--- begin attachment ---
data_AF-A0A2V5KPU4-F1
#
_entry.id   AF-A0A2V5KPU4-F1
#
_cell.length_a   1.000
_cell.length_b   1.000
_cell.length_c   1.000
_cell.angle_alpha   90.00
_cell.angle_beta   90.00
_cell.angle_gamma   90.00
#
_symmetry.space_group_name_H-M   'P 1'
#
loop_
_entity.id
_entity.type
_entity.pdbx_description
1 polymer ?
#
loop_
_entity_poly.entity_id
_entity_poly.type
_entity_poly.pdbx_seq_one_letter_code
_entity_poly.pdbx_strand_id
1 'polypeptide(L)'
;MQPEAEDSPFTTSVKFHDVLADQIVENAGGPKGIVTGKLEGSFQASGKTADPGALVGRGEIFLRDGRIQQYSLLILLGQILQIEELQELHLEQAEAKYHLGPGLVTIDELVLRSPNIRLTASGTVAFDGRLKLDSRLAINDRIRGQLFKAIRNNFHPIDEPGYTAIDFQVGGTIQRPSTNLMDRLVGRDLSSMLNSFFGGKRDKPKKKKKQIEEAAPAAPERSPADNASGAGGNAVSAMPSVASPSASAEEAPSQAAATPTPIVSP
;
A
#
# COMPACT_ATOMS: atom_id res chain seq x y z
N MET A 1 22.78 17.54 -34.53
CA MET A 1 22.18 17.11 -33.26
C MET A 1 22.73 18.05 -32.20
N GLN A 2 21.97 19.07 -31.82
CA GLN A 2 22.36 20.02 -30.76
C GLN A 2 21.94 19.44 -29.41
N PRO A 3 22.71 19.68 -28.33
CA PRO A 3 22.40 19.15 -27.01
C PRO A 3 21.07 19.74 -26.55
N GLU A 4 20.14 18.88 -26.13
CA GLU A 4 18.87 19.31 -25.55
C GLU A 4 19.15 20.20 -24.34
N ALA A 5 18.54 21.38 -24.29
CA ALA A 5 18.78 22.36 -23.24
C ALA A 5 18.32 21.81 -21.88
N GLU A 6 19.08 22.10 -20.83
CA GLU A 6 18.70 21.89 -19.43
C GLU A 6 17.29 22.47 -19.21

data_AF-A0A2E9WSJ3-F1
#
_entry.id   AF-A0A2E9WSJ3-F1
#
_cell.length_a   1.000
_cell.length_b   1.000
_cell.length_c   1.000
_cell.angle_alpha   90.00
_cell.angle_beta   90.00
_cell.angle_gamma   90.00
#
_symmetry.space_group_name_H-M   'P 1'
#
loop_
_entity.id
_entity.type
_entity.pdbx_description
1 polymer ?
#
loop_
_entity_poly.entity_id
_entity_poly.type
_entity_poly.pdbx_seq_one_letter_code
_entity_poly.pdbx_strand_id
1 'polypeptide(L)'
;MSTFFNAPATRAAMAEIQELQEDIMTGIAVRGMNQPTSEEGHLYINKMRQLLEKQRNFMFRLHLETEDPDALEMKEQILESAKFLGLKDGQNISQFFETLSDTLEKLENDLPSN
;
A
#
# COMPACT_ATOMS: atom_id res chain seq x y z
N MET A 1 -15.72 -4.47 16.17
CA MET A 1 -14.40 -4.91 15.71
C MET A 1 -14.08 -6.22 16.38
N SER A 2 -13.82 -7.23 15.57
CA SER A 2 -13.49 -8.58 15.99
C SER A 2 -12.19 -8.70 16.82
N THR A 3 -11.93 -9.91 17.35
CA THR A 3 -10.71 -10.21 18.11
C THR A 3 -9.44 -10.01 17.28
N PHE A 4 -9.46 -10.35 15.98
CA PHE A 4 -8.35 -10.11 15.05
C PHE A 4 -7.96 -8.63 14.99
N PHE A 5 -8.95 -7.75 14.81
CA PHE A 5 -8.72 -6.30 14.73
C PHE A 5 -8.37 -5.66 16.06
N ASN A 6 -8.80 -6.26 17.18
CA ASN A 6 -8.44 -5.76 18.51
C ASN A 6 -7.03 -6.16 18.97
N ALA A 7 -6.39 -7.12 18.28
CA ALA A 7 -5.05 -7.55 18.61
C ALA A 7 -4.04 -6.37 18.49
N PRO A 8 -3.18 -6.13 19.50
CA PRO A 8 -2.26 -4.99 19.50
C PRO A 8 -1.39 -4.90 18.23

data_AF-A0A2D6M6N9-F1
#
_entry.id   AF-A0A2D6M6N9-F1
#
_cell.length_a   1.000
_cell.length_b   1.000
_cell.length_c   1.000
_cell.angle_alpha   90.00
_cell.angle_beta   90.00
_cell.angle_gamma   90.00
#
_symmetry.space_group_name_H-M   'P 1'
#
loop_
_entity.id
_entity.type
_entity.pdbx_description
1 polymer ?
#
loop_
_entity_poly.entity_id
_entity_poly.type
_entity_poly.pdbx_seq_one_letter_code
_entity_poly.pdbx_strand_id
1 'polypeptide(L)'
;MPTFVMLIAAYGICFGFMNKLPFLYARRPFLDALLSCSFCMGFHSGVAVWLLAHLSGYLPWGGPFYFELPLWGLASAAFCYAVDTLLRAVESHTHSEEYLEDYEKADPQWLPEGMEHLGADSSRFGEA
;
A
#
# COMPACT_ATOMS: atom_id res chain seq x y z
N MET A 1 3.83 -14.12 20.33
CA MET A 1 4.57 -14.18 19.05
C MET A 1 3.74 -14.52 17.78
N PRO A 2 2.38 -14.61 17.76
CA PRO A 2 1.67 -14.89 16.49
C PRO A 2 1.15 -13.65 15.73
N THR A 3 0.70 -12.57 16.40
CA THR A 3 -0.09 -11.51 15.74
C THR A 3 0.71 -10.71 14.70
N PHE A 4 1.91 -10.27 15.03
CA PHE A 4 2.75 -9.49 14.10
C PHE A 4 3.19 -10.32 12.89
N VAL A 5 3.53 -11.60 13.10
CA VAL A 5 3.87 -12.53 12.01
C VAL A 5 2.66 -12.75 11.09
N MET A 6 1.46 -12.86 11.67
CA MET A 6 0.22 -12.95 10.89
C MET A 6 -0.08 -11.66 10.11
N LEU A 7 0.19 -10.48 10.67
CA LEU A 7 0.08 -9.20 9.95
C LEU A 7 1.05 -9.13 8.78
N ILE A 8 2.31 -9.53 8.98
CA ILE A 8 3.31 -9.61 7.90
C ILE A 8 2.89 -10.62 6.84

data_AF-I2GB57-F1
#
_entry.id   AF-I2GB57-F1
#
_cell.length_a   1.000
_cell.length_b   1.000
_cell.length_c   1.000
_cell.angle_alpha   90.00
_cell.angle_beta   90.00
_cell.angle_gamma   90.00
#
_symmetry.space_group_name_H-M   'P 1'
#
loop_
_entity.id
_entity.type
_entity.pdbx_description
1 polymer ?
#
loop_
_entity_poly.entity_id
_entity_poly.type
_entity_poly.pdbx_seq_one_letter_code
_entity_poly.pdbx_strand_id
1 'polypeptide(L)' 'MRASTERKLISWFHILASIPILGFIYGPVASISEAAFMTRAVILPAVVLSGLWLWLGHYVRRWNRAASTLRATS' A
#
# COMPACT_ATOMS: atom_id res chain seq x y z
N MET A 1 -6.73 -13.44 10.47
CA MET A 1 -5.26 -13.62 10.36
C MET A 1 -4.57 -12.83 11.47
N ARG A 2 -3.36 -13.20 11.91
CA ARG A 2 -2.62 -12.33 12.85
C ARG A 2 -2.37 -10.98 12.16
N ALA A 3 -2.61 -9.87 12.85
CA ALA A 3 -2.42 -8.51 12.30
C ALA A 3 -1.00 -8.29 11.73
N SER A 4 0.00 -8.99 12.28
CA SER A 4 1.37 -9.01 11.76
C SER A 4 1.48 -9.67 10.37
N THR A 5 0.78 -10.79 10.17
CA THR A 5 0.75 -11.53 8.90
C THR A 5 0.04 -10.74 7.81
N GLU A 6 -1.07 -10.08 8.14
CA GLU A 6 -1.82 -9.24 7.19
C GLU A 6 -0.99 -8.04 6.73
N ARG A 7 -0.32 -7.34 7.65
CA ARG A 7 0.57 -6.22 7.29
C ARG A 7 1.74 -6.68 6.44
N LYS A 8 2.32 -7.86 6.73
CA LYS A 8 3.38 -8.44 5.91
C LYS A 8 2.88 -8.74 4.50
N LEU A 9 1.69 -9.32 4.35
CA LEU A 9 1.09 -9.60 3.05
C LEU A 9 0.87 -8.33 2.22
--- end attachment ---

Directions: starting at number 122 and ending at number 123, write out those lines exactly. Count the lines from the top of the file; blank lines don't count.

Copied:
loop_
_entity_poly.entity_id